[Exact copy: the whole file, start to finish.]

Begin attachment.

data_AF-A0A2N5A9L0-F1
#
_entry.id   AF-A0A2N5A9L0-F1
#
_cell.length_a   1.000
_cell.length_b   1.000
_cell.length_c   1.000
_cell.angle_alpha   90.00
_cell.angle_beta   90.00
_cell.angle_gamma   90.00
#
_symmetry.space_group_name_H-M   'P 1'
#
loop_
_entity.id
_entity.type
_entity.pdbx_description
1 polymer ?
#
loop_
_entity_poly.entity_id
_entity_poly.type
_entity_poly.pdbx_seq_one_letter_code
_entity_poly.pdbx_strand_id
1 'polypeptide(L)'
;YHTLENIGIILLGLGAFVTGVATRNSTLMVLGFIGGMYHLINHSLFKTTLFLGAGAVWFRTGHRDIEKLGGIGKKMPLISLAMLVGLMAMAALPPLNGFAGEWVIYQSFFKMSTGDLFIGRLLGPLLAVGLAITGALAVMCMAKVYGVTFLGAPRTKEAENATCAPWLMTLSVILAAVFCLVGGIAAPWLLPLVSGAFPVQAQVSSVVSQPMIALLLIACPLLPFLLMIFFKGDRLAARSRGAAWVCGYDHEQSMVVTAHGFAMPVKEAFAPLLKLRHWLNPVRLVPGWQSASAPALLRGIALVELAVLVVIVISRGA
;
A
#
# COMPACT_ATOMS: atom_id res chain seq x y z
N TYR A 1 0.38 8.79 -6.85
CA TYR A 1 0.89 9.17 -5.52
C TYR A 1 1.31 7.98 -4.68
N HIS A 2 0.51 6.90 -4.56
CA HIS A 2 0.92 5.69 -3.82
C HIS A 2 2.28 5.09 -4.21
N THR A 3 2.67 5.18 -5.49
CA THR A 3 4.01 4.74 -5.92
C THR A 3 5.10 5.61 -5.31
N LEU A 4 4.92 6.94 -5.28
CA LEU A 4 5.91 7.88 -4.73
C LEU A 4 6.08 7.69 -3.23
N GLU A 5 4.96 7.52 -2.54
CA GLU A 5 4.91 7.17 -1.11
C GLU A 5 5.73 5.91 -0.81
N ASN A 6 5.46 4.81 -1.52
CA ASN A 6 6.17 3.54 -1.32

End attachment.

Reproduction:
data_AF-A0A2N5A9L0-F1
#
_entry.id   AF-A0A2N5A9L0-F1
#
_cell.length_a   1.000
_cell.length_b   1.000
_cell.length_c   1.000
_cell.angle_alpha   90.00
_cell.angle_beta   90.00
_cell.angle_gamma   90.00
#
_symmetry.space_group_name_H-M   'P 1'
#
loop_
_entity.id
_entity.type
_entity.pdbx_description
1 polymer ?
#
loop_
_entity_poly.entity_id
_entity_poly.type
_entity_poly.pdbx_seq_one_letter_code
_entity_poly.pdbx_strand_id
1 'polypeptide(L)'
;YHTLENIGIILLGLGAFVTGVATRNSTLMVLGFIGGMYHLINHSLFKTTLFLGAGAVWFRTGHRDIEKLGGIGKKMPLISLAMLVGLMAMAALPPLNGFAGEWVIYQSFFKMSTGDLFIGRLLGPLLAVGLAITGALAVMCMAKVYGVTFLGAPRTKEAENATCAPWLMTLSVILAAVFCLVGGIAAPWLLPLVSGAFPVQAQVSSVVSQPMIALLLIACPLLPFLLMIFFKGDRLAARSRGAAWVCGYDHEQSMVVTAHGFAMPVKEAFAPLLKLRHWLNPVRLVPGWQSASAPALLRGIALVELAVLVVIVISRGA
;
A
#
# COMPACT_ATOMS: atom_id res chain seq x y z
N TYR A 1 0.38 8.79 -6.85
CA TYR A 1 0.89 9.17 -5.52
C TYR A 1 1.31 7.98 -4.68
N HIS A 2 0.51 6.90 -4.56
CA HIS A 2 0.92 5.69 -3.82
C HIS A 2 2.28 5.09 -4.21
N THR A 3 2.67 5.18 -5.49
CA THR A 3 4.01 4.74 -5.92
C THR A 3 5.10 5.61 -5.31
N LEU A 4 4.92 6.94 -5.28
CA LEU A 4 5.91 7.88 -4.73
C LEU A 4 6.08 7.69 -3.23
N GLU A 5 4.96 7.52 -2.54
CA GLU A 5 4.91 7.17 -1.11
C GLU A 5 5.73 5.91 -0.81
N ASN A 6 5.46 4.81 -1.52
CA ASN A 6 6.17 3.54 -1.32